BREAKING THE CYCLE OF VIOLENCE IN SRI LANKA - Release International
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BREAKING THE CYCLE OF VIOLENCE IN SRI LANKA

Sri Lanka remains on high alert amid warnings that Islamist bombers are still at large and hunting for further targets. Release partners are caring for victims and say Christians are heeding calls for forgiveness and reconciliation.

Police in Sri Lanka have warned of another wave of attacks, possibly by bombers dressed in military uniforms or disguised as Buddhist pilgrims.

Suicide bombers killed 250 and wounded 500 in attacks on three churches and tourist hotels on Easter Sunday. The dead included 14 Sunday school children at Zion Evangelical Church in Batticaloa.

Islamic State

Islamic State say they were responsible for the attacks, which they claim were carried out in revenge for their defeat in Syria. In a statement, IS declared they were targeting ‘nationals of the crusader alliance and Christians in Sri Lanka’.

The Sri Lankan authorities believe the bombings were the work of local Islamist extremists, with the backing of international terrorists.

The Archbishop of Colombo has criticised the security arrangements for churches and suspended services during the present crisis. This follows the revelation that the authorities were warned of the Easter attacks and ignored those warnings.

Security forces have recovered Buddhist gowns from the scene of a gun battle with militants. The possibility that Islamist terrorists may be trying to pass themselves off as Buddhists or members of the security forces could create confusion and mistrust. The government has imposed a ban on face veils.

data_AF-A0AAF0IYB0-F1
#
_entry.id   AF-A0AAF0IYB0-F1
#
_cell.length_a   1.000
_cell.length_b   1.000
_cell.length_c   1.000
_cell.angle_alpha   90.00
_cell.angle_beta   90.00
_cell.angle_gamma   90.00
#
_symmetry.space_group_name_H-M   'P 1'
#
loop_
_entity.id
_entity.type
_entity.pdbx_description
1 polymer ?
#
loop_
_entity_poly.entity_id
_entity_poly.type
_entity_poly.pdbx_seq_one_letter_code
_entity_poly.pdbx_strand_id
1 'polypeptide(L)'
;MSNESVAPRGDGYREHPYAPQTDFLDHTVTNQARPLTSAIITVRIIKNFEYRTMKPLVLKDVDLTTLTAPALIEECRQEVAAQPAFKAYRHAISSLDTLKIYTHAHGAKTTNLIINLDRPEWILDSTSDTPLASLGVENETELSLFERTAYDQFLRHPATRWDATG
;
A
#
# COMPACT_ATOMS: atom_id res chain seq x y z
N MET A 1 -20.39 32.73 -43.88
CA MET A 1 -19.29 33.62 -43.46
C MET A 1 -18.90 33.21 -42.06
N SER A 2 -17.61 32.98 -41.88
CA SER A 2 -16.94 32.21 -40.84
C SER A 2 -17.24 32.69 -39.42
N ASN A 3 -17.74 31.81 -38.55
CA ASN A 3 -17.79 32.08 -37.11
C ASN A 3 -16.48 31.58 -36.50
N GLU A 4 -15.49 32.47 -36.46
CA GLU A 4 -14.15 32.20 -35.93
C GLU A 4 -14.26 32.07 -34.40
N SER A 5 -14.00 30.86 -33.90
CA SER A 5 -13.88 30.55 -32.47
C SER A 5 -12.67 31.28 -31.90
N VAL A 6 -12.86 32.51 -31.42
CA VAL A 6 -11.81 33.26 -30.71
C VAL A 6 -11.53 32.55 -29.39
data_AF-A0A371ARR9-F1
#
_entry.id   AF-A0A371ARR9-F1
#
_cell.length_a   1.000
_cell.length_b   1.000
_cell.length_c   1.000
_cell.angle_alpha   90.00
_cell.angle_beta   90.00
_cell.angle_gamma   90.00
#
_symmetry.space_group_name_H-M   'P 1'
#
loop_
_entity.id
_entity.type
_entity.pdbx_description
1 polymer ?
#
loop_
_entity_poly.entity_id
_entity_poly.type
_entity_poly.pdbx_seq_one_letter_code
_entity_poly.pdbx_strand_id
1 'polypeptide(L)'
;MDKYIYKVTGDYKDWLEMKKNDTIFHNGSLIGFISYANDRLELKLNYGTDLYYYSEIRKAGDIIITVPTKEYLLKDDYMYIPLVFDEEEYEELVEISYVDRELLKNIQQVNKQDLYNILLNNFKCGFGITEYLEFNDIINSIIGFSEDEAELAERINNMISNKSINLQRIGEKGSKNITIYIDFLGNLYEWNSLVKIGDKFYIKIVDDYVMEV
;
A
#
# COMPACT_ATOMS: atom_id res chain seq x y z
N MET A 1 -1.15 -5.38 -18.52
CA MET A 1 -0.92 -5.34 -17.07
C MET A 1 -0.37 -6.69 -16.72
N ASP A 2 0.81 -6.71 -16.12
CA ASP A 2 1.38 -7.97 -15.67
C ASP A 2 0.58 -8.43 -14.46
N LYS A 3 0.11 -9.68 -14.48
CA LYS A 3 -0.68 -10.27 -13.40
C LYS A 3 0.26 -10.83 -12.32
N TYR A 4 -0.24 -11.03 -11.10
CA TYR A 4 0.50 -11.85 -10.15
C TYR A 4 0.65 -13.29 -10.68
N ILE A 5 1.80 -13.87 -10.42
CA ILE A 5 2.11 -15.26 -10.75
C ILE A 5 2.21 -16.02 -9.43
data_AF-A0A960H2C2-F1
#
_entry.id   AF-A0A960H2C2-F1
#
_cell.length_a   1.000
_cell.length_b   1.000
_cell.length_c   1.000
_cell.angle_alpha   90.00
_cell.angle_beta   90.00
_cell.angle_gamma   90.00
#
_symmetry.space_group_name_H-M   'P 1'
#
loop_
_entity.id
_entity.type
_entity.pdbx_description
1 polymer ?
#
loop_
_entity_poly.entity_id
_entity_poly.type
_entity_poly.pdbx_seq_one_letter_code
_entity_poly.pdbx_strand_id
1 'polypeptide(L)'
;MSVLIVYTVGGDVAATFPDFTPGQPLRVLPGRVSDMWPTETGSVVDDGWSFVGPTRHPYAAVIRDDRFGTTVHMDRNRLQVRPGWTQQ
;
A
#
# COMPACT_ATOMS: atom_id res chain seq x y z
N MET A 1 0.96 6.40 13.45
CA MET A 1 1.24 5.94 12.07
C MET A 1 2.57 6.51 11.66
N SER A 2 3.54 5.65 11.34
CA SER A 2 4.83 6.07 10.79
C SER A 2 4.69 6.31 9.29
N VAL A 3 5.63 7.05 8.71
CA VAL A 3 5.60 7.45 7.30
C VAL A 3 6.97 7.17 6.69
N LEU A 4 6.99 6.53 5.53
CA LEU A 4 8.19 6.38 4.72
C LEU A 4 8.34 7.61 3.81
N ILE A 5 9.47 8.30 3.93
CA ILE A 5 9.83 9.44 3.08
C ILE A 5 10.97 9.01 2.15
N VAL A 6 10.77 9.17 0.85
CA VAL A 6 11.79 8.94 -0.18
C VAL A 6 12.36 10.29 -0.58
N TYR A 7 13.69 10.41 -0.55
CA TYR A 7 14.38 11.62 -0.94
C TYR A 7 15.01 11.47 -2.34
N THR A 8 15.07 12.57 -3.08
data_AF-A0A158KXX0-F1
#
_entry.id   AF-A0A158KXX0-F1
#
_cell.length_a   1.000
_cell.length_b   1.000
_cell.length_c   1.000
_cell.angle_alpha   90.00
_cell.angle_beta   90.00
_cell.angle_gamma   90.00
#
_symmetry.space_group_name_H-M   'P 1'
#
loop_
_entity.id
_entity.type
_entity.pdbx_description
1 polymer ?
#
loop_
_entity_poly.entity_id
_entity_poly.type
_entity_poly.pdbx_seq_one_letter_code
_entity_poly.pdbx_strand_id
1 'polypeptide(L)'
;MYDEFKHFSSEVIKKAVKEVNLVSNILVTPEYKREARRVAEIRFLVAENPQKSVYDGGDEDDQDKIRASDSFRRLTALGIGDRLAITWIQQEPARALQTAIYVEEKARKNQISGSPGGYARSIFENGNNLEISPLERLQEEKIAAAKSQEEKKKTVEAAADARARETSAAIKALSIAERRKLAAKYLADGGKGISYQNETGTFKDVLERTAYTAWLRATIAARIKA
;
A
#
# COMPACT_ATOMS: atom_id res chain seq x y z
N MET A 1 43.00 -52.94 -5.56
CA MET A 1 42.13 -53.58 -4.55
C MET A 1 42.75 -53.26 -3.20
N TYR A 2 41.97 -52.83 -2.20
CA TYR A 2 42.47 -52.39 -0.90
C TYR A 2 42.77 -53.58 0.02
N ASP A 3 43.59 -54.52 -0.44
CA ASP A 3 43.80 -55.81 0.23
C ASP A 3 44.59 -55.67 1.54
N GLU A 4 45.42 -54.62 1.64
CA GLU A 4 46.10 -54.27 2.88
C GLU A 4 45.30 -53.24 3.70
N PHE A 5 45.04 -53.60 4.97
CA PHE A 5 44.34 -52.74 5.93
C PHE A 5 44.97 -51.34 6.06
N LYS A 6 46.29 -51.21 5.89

Persecution

The Christian minority in Sri Lanka has suffered increasing persecution in recent years at the hands of Buddhist nationalists. Mobs, sometimes led by Buddhist monks, have burned churches, broken up prayer meetings and intimidated pastors.

Buddhist nationalists have tried to pass anti-conversion laws and declare Sri Lanka a Buddhist state. Muslims have also suffered persecution. So tension between faiths has been running high.

Release International’s partners say: ‘There seems to be a lot of fear. There have been controlled explosions. There is also news that there is going to be a second attack.’

They are calling for calm and say Christians are responding well.

One partner, who cannot be named for her own protection, said: ‘Christians are responding with an attitude of forgiveness and reconciliation. We are encouraging that and calling for a message of love, peace and harmony right now.

Forgiveness

‘That’s what we have experienced from Jesus, isn’t it? We experience grace and forgiveness. That is the core of what we believe. It’s our faith. And that is what we intend to do – to prevent a cycle of violence and to counter hate.’

The Archbishop of Colombo, Malcolm Ranjith, has also taken a stand against violence: ‘In the name of God, we cannot destroy another person. It is a huge contradiction to kill someone in the name of God, God the all-merciful, God who has created my brother and sister.’

Release International’s partners in Sri Lanka are working to comfort families who have been bereaved and provide medical assistance.

Pray

They are asking for prayer. Firstly, for the victims:

  • ‘There are some families where the parents have passed away and only the children are left. Please pray for comfort.’

Then for Sir Lanka’s leaders:

  • ‘To take appropriate action and to respond well in the situation.’

Finally, for Release partners who are bringing relief, help and comfort to the victims:

  • ‘To give us the strength and wisdom to do what is necessary, to act responsibly and to be who He wants us to be in the community.’

ENDS

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